Optomechanical and Crystallization Phenomena Visualized with 4D Electron Microscopy: Interfacial Carbon Nanotubes on Silicon Nitride
With ultrafast electron microscopy (UEM), we report observation of the nanoscopic crystallization of amorphous silicon nitride, and the ultrashort optomechanical motion of the crystalline silicon nitride at the interface of an adhering carbon nanotube network. The in situ static crystallization of the silicon nitride occurs only in the presence of an adhering nanotube network, thus indicating their mediating role in reaching temperatures close to 1000 °C when exposed to a train of laser pulses. Under such condition, 4D visualization of the optomechanical motion of the specimen was followed by quantifying the change in diffraction contrast of crystalline silicon nitride, to which the nanotube network is bonded. The direction of the motion was established from a tilt series correlating the change in displacement with both the tilt angle and the response time. Correlation of nanoscopic motion with the picosecond atomic-scale dynamics suggests that electronic processes initiated in the nanotubes are responsible for the initial ultrafast optomechanical motion. The time scales accessible to UEM are 12 orders of magnitude shorter than those traditionally used to study the optomechanical motion of carbon nanotube networks, thus allowing for distinctions between the different electronic and thermal mechanisms to be made.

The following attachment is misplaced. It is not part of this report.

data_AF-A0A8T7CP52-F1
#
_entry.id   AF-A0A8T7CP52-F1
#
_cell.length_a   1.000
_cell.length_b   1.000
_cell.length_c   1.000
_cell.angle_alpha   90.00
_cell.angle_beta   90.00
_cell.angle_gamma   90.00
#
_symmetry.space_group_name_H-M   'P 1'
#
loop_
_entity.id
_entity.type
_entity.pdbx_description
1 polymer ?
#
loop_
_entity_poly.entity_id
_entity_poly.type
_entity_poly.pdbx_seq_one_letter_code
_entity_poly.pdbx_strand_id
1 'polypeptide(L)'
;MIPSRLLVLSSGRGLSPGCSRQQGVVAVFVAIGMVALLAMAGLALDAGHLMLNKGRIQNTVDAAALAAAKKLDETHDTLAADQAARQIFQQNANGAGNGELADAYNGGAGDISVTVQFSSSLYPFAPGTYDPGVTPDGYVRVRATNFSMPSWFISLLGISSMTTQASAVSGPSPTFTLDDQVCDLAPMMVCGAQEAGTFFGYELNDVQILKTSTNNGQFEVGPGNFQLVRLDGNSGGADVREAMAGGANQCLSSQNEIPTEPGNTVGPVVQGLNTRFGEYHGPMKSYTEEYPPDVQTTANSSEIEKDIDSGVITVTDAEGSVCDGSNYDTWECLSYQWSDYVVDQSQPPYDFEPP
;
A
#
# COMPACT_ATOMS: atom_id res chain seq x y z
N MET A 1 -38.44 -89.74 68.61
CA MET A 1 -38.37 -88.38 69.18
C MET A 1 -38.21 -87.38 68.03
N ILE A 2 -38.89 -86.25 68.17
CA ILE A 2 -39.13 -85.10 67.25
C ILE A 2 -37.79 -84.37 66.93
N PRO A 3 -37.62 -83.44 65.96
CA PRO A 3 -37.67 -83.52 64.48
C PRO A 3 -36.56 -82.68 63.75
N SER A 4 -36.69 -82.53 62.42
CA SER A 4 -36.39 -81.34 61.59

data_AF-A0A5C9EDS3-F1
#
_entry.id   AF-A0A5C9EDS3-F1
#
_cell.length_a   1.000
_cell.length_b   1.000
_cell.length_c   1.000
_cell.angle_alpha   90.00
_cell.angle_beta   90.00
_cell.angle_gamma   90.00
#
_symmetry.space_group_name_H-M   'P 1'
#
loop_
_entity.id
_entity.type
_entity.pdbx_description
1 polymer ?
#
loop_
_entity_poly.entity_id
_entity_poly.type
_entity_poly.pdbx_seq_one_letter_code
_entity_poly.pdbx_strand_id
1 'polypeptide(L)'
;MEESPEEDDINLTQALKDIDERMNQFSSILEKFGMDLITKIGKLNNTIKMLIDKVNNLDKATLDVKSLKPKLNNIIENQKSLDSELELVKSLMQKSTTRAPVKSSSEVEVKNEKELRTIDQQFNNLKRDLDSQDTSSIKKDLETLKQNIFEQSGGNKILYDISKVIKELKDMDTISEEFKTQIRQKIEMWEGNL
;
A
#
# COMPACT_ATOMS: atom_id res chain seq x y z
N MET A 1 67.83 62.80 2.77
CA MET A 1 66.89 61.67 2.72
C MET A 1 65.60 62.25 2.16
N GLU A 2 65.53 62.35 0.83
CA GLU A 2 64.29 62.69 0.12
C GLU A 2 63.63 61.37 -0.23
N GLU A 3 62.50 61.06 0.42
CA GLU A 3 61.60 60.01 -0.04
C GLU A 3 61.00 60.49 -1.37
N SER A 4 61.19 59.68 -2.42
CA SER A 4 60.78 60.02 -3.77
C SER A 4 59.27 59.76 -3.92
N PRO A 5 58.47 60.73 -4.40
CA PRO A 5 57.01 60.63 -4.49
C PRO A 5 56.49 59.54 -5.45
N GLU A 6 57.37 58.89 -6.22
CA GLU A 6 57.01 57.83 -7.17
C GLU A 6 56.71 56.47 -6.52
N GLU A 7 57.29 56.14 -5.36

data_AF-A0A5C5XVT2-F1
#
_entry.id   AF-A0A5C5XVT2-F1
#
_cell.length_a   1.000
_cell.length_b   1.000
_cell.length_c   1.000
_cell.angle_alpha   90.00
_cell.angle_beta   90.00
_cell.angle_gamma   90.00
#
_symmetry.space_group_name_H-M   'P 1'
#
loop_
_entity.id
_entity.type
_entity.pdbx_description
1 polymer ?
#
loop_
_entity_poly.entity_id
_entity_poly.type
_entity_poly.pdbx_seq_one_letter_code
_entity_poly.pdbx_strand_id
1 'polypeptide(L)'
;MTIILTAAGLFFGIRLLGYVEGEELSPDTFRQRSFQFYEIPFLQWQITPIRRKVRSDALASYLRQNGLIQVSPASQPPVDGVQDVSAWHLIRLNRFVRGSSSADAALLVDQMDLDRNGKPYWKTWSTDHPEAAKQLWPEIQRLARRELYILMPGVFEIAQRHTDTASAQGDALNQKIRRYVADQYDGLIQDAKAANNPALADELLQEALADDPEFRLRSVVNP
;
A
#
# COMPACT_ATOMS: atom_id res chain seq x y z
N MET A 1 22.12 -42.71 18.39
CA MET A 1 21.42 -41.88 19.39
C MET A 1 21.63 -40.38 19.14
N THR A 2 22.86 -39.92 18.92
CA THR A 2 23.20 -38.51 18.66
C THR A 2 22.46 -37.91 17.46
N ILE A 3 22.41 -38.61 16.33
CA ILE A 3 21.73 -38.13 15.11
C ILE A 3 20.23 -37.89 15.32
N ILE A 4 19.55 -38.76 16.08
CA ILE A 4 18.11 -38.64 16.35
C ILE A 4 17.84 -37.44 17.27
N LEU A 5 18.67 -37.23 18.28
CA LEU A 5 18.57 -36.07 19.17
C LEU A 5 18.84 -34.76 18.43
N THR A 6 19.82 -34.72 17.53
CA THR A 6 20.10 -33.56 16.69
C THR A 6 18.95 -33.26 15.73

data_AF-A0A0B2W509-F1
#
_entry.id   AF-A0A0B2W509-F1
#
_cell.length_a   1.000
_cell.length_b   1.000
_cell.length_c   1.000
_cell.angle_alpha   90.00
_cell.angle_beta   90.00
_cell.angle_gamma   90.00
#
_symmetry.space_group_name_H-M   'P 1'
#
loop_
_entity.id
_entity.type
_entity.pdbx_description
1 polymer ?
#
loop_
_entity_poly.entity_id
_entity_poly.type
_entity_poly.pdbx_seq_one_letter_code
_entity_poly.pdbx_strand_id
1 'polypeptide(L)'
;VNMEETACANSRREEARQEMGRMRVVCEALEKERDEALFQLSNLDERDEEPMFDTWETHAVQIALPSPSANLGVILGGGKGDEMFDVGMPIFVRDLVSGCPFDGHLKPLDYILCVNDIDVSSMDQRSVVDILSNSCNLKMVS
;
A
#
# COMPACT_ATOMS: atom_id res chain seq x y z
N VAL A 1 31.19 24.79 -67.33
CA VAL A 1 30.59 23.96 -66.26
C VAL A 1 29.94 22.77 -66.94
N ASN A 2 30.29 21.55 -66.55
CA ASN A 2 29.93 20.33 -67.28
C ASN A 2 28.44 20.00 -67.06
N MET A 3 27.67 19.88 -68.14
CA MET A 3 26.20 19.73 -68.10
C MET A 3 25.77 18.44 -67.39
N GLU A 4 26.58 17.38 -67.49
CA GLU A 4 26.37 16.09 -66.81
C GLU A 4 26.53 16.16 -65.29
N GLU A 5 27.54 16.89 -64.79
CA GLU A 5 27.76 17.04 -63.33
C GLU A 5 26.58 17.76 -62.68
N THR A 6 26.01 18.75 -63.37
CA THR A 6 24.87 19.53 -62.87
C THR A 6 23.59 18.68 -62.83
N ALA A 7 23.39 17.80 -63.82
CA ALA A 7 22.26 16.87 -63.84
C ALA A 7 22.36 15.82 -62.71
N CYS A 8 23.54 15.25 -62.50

Additional Information© 2010 American Chemical Society. Received for review: 03/1/2010. Published on Web: 04/08/2010. This work was supported by the National Science Foundation and the Air Force Office of Scientific Research in the Gordon and Betty Moore Center for Physical Biology at the California Institute of Technology. We thank Dr. Spencer Baskin for helpful discussion on local and transient heating effects.
Supplemental Material - nl100733h_si_001.pdf
Supplemental Material - nl100733h_si_002.avi
Supplemental Material - nl100733h_si_003.avi
Supplemental Material - nl100733h_si_004.avi
Supplemental Material - nl100733h_si_005.avi